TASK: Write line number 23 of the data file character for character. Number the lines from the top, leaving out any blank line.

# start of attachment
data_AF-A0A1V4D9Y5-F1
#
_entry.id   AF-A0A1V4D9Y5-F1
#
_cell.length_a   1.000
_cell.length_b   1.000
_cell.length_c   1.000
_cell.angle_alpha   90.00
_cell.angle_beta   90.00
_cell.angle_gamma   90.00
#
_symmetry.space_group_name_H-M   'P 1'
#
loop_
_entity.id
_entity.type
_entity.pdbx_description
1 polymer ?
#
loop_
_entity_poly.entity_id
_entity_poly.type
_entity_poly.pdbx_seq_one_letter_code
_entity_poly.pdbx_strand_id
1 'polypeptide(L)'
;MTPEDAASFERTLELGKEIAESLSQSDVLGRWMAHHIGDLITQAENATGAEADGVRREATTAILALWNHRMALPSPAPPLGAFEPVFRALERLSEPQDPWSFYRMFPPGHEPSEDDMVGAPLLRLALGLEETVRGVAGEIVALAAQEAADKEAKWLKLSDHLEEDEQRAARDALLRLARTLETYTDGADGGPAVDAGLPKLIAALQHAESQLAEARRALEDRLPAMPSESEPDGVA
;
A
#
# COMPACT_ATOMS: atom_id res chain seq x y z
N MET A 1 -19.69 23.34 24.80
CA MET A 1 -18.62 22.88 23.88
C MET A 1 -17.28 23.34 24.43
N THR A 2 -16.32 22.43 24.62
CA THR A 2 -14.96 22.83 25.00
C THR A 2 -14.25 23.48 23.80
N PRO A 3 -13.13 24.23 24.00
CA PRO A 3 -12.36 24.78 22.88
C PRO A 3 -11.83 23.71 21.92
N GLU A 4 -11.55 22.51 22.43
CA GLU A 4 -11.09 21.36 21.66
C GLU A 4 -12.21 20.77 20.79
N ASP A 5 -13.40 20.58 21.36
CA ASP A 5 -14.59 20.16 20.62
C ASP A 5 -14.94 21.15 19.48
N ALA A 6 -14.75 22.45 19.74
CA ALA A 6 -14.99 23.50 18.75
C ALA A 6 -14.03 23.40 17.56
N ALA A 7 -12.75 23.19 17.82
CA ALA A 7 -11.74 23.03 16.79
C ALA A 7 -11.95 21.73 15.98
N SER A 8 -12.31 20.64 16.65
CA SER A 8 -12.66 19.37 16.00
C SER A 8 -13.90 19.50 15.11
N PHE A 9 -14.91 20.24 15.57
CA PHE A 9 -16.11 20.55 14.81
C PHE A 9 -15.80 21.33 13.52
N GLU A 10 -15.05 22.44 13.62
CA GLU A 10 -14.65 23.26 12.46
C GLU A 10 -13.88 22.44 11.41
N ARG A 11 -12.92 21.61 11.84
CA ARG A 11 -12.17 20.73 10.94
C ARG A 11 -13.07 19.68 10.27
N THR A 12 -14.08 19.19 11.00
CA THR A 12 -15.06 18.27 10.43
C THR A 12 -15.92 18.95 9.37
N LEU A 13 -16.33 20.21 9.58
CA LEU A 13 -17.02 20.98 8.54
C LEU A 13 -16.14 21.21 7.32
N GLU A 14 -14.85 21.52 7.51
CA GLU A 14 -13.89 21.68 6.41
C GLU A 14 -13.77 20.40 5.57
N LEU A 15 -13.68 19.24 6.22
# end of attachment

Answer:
_entity_poly.pdbx_seq_one_letter_code